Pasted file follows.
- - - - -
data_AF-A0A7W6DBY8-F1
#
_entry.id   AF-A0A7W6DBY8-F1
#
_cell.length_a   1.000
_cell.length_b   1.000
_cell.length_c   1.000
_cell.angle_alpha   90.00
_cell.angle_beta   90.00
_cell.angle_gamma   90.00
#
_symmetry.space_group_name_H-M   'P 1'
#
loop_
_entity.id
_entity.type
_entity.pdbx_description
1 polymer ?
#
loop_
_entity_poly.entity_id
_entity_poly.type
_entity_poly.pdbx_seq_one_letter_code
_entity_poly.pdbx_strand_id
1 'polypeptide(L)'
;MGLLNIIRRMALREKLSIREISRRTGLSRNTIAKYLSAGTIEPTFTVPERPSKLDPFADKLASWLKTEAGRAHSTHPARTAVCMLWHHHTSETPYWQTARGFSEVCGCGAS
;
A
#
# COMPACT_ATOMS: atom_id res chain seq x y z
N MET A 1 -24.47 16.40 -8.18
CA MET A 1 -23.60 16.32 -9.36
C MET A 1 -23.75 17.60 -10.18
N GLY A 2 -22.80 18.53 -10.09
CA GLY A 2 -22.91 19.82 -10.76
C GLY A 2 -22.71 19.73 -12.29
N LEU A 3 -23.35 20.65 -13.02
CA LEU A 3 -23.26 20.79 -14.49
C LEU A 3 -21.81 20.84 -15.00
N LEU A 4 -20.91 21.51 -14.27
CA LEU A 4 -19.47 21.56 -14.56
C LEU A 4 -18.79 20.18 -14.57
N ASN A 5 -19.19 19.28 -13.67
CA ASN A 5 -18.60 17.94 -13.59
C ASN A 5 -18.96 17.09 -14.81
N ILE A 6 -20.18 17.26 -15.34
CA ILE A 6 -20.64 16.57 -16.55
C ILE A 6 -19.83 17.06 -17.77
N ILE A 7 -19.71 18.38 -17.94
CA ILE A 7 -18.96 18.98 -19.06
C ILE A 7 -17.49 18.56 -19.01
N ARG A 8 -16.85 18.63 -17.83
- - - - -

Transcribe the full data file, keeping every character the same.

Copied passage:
data_AF-A0A7W6DBY8-F1
#
_entry.id   AF-A0A7W6DBY8-F1
#
_cell.length_a   1.000
_cell.length_b   1.000
_cell.length_c   1.000
_cell.angle_alpha   90.00
_cell.angle_beta   90.00
_cell.angle_gamma   90.00
#
_symmetry.space_group_name_H-M   'P 1'
#
loop_
_entity.id
_entity.type
_entity.pdbx_description
1 polymer ?
#
loop_
_entity_poly.entity_id
_entity_poly.type
_entity_poly.pdbx_seq_one_letter_code
_entity_poly.pdbx_strand_id
1 'polypeptide(L)'
;MGLLNIIRRMALREKLSIREISRRTGLSRNTIAKYLSAGTIEPTFTVPERPSKLDPFADKLASWLKTEAGRAHSTHPARTAVCMLWHHHTSETPYWQTARGFSEVCGCGAS
;
A
#
# COMPACT_ATOMS: atom_id res chain seq x y z
N MET A 1 -24.47 16.40 -8.18
CA MET A 1 -23.60 16.32 -9.36
C MET A 1 -23.75 17.60 -10.18
N GLY A 2 -22.80 18.53 -10.09
CA GLY A 2 -22.91 19.82 -10.76
C GLY A 2 -22.71 19.73 -12.29
N LEU A 3 -23.35 20.65 -13.02
CA LEU A 3 -23.26 20.79 -14.49
C LEU A 3 -21.81 20.84 -15.00
N LEU A 4 -20.91 21.51 -14.27
CA LEU A 4 -19.47 21.56 -14.56
C LEU A 4 -18.79 20.18 -14.57
N ASN A 5 -19.19 19.28 -13.67
CA ASN A 5 -18.60 17.94 -13.59
C ASN A 5 -18.96 17.09 -14.81
N ILE A 6 -20.18 17.26 -15.34
CA ILE A 6 -20.64 16.57 -16.55
C ILE A 6 -19.83 17.06 -17.77
N ILE A 7 -19.71 18.38 -17.94
CA ILE A 7 -18.96 18.98 -19.06
C ILE A 7 -17.49 18.56 -19.01
N ARG A 8 -16.85 18.63 -17.83